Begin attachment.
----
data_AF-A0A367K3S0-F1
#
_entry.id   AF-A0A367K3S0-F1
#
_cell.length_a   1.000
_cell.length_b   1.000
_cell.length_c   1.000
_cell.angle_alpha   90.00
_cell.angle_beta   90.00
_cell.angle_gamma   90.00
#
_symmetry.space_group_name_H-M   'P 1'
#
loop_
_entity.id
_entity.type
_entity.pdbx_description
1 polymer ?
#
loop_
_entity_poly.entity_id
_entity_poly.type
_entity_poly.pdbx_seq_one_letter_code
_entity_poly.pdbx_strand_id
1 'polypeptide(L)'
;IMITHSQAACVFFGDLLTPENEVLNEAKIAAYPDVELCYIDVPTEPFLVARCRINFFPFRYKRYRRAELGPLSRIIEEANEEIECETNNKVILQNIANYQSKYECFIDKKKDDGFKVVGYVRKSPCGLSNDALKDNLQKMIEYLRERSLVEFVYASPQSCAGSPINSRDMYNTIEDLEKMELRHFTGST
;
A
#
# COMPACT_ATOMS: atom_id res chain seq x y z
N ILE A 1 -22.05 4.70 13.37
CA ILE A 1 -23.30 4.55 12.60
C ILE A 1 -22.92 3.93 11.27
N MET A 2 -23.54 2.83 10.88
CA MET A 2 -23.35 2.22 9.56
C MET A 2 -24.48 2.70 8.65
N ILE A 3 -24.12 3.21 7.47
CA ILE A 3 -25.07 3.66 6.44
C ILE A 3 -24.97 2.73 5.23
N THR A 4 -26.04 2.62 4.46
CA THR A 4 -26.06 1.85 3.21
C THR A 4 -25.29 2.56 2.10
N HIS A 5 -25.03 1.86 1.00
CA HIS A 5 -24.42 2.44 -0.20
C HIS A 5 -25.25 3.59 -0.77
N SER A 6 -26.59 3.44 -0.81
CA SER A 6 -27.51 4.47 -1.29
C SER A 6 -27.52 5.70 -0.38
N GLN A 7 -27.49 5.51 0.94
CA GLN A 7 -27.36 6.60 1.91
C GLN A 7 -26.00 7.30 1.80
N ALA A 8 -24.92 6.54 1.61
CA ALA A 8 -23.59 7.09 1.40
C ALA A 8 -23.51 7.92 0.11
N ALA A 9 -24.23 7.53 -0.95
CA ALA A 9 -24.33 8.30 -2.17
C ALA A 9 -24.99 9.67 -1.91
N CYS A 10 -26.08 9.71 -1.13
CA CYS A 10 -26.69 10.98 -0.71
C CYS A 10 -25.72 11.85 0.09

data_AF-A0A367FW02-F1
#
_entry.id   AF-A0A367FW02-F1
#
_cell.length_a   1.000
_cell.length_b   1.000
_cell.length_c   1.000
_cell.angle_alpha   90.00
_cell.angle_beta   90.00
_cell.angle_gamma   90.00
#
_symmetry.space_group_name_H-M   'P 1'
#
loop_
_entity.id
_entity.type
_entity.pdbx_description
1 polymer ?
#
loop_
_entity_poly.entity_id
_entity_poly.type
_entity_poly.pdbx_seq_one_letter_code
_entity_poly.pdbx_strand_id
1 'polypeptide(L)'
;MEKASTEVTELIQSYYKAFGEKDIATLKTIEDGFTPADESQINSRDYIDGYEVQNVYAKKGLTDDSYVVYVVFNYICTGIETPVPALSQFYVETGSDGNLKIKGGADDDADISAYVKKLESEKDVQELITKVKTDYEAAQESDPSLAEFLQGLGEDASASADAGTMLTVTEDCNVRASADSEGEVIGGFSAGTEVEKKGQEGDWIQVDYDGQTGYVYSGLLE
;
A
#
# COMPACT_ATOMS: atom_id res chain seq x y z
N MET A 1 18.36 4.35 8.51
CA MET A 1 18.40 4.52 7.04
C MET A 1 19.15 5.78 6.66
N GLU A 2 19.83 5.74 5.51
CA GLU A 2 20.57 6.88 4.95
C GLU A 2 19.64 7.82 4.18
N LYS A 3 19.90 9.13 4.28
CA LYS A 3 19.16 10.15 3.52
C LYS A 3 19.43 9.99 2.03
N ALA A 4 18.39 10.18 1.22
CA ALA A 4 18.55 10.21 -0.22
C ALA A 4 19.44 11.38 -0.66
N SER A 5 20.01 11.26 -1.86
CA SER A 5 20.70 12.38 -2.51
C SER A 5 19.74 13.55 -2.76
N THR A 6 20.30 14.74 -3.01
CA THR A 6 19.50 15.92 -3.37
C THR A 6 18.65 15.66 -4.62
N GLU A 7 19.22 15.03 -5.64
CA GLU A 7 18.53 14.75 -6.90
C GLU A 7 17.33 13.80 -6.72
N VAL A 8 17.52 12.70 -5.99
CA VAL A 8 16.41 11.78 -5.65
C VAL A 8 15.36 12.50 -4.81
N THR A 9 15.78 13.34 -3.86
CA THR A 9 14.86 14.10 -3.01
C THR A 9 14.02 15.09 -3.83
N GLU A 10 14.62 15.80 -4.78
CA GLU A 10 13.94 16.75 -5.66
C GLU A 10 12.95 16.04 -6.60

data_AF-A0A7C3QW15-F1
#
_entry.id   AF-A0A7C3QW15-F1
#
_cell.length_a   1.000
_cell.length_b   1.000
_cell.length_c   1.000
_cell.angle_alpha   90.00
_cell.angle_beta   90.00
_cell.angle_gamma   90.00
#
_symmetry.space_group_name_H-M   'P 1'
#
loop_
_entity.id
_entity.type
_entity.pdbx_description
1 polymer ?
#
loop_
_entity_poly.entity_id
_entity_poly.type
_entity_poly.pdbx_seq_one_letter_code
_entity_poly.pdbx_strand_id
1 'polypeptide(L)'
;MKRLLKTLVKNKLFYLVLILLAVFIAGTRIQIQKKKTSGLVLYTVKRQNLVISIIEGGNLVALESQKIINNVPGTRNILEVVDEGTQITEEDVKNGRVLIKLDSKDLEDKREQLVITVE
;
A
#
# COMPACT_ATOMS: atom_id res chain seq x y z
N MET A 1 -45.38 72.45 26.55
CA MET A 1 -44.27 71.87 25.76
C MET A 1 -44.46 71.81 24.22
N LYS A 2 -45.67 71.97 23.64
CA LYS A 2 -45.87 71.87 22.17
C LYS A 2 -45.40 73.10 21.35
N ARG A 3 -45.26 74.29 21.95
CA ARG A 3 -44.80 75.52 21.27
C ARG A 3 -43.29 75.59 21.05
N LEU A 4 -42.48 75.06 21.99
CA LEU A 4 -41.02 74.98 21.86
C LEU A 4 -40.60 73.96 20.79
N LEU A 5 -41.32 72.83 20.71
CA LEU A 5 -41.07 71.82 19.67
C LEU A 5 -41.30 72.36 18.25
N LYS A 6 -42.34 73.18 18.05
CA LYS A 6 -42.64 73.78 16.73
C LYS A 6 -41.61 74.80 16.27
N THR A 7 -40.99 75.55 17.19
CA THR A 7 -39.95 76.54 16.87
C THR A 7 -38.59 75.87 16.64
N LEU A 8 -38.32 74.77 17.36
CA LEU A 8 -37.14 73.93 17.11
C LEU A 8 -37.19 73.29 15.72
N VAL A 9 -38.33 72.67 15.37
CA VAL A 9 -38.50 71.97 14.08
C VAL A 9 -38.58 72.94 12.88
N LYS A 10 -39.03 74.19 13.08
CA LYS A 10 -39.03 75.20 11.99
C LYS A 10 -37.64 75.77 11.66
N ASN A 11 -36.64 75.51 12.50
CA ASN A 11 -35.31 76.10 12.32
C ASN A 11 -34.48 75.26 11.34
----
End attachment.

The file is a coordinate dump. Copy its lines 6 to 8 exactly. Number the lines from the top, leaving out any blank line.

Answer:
_cell.length_b   1.000
_cell.length_c   1.000
_cell.angle_alpha   90.00